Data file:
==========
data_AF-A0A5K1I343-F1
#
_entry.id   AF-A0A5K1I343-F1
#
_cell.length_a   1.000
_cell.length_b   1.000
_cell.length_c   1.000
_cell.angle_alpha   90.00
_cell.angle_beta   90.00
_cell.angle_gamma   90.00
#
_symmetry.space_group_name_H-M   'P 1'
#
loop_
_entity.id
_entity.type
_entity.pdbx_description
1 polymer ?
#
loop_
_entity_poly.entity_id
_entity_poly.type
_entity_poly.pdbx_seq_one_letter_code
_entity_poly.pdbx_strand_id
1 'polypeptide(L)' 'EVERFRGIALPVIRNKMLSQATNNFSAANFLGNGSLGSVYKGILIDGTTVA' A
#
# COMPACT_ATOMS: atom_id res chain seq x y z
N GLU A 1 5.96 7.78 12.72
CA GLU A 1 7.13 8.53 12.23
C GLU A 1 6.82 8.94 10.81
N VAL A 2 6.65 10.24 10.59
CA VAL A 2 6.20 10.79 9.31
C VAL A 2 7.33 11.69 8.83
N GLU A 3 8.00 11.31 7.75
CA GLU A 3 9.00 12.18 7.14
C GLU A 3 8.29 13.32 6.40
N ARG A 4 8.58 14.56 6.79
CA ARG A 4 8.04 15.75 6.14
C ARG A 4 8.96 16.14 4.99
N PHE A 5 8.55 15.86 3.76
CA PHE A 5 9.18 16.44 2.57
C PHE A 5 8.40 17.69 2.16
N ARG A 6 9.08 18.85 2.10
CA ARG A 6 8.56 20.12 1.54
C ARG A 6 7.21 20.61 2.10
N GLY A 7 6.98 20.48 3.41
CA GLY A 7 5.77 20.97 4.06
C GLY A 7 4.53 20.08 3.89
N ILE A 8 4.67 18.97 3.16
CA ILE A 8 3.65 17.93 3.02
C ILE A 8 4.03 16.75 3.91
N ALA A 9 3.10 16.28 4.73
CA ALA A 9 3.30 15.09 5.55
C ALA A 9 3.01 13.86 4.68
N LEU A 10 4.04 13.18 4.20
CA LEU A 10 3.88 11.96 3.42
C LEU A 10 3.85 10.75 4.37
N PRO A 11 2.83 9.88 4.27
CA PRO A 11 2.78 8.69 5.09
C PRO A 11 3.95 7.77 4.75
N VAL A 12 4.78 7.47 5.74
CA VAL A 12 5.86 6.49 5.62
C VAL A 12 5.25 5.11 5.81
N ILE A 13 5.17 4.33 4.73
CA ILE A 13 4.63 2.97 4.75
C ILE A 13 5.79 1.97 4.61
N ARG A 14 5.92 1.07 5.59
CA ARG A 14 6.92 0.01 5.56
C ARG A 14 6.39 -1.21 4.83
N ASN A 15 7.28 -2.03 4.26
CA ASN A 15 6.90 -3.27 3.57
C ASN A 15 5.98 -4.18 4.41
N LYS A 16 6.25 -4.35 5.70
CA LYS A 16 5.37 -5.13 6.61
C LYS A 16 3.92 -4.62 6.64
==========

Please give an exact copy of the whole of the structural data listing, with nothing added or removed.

data_AF-A0A5K1I343-F1
#
_entry.id   AF-A0A5K1I343-F1
#
_cell.length_a   1.000
_cell.length_b   1.000
_cell.length_c   1.000
_cell.angle_alpha   90.00
_cell.angle_beta   90.00
_cell.angle_gamma   90.00
#
_symmetry.space_group_name_H-M   'P 1'
#
loop_
_entity.id
_entity.type
_entity.pdbx_description
1 polymer ?
#
loop_
_entity_poly.entity_id
_entity_poly.type
_entity_poly.pdbx_seq_one_letter_code
_entity_poly.pdbx_strand_id
1 'polypeptide(L)' 'EVERFRGIALPVIRNKMLSQATNNFSAANFLGNGSLGSVYKGILIDGTTVA' A
#
# COMPACT_ATOMS: atom_id res chain seq x y z
N GLU A 1 5.96 7.78 12.72
CA GLU A 1 7.13 8.53 12.23
C GLU A 1 6.82 8.94 10.81
N VAL A 2 6.65 10.24 10.59
CA VAL A 2 6.20 10.79 9.31
C VAL A 2 7.33 11.69 8.83
N GLU A 3 8.00 11.31 7.75
CA GLU A 3 9.00 12.18 7.14
C GLU A 3 8.29 13.32 6.40
N ARG A 4 8.58 14.56 6.79
CA ARG A 4 8.04 15.75 6.14
C ARG A 4 8.96 16.14 4.99
N PHE A 5 8.55 15.86 3.76
CA PHE A 5 9.18 16.44 2.57
C PHE A 5 8.40 17.69 2.16
N ARG A 6 9.08 18.85 2.10
CA ARG A 6 8.56 20.12 1.54
C ARG A 6 7.21 20.61 2.10
N GLY A 7 6.98 20.48 3.41
CA GLY A 7 5.77 20.97 4.06
C GLY A 7 4.53 20.08 3.89
N ILE A 8 4.67 18.97 3.16
CA ILE A 8 3.65 17.93 3.02
C ILE A 8 4.03 16.75 3.91
N ALA A 9 3.10 16.28 4.73
CA ALA A 9 3.30 15.09 5.55
C ALA A 9 3.01 13.86 4.68
N LEU A 10 4.04 13.18 4.20
CA LEU A 10 3.88 11.96 3.42
C LEU A 10 3.85 10.75 4.37
N PRO A 11 2.83 9.88 4.27
CA PRO A 11 2.78 8.69 5.09
C PRO A 11 3.95 7.77 4.75
N VAL A 12 4.78 7.47 5.74
CA VAL A 12 5.86 6.49 5.62
C VAL A 12 5.25 5.11 5.81
N ILE A 13 5.17 4.33 4.73
CA ILE A 13 4.63 2.97 4.75
C ILE A 13 5.79 1.97 4.61
N ARG A 14 5.92 1.07 5.59
CA ARG A 14 6.92 0.01 5.56
C ARG A 14 6.39 -1.21 4.83
N ASN A 15 7.28 -2.03 4.26
CA ASN A 15 6.90 -3.27 3.57
C ASN A 15 5.98 -4.18 4.41
N LYS A 16 6.25 -4.35 5.70
CA LYS A 16 5.37 -5.13 6.61
C LYS A 16 3.92 -4.62 6.64